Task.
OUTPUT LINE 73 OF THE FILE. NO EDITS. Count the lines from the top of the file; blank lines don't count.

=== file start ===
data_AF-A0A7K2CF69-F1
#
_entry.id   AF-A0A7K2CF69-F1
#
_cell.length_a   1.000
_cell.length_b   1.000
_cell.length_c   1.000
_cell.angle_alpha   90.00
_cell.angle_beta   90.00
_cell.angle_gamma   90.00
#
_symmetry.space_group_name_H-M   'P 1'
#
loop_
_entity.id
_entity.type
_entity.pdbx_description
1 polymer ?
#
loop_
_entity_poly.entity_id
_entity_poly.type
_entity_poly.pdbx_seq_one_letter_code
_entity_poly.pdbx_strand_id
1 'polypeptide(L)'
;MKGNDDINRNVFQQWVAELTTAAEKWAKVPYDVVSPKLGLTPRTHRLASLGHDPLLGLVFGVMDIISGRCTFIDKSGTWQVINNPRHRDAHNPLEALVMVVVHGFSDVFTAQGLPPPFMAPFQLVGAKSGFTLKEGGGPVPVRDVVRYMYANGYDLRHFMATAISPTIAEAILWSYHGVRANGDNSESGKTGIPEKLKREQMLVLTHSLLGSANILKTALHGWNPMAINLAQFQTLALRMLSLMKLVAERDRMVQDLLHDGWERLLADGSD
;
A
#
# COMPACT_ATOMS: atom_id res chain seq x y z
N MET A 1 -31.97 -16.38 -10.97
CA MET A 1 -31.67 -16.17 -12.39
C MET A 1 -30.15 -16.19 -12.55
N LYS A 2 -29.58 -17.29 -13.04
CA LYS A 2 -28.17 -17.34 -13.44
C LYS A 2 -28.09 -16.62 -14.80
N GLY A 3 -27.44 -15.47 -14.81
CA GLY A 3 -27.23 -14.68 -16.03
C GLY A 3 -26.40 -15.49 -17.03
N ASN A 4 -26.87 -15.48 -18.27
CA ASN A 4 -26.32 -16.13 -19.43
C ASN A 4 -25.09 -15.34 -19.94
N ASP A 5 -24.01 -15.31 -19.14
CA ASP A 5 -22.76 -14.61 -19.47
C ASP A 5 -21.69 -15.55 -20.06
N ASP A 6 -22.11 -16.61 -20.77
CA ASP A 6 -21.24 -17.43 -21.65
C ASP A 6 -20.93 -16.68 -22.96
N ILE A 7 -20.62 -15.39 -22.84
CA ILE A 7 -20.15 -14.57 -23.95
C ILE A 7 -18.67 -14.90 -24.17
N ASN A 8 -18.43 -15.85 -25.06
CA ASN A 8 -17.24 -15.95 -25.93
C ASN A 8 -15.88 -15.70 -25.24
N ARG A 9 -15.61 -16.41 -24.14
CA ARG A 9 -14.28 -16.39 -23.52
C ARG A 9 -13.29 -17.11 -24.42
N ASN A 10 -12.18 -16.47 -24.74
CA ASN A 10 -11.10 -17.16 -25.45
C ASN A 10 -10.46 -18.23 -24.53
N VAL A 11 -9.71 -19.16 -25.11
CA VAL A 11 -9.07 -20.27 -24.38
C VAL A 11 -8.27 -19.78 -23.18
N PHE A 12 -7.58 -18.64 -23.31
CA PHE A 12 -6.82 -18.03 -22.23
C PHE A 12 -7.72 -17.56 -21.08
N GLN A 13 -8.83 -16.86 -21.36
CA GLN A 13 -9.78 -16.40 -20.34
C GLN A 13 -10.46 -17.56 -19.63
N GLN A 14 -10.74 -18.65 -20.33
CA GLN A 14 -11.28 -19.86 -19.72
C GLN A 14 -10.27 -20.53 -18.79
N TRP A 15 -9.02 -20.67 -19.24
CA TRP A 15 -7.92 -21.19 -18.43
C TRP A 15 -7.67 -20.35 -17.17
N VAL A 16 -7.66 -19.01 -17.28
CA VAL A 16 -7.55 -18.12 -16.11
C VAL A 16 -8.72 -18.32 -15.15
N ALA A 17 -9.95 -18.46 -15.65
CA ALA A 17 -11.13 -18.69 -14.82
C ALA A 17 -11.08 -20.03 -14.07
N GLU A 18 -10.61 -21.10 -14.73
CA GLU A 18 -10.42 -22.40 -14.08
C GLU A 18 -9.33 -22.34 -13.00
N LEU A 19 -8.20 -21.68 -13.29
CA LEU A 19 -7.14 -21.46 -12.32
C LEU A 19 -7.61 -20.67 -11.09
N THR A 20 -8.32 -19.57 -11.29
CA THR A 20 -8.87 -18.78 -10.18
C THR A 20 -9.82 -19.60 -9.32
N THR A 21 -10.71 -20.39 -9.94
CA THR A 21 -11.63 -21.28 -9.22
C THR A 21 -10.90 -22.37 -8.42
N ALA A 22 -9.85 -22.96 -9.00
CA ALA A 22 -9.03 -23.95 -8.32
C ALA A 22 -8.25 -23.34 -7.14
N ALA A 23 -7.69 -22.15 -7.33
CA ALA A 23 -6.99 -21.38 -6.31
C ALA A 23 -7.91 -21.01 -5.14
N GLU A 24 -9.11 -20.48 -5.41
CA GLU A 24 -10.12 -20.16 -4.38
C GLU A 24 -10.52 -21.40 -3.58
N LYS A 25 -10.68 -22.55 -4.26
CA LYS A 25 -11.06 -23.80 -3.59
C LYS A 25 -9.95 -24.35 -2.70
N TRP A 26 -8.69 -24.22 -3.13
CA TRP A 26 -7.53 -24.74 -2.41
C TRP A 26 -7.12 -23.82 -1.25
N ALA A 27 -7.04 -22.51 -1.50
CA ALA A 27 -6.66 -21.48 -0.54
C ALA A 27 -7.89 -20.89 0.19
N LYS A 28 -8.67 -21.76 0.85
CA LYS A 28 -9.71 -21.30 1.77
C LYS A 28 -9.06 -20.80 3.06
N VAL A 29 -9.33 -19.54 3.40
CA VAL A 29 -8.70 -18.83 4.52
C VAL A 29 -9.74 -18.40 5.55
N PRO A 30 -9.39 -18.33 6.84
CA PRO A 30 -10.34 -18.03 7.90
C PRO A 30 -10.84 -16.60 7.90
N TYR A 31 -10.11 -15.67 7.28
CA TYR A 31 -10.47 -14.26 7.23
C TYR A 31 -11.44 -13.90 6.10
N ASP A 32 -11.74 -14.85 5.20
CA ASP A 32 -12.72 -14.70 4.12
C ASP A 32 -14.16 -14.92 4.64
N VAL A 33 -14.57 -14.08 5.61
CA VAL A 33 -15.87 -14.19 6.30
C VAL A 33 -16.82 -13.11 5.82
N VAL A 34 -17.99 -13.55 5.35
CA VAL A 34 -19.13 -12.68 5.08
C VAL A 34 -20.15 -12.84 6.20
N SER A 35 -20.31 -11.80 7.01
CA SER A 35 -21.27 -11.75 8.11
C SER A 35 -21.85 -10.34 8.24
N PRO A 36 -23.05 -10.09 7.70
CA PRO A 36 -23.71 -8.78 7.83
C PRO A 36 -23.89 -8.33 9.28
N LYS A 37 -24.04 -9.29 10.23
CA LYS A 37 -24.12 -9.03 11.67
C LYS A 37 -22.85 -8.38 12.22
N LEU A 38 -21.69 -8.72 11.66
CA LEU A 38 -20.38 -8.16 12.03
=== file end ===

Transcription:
N TRP A 15 -9.02 -20.67 -19.24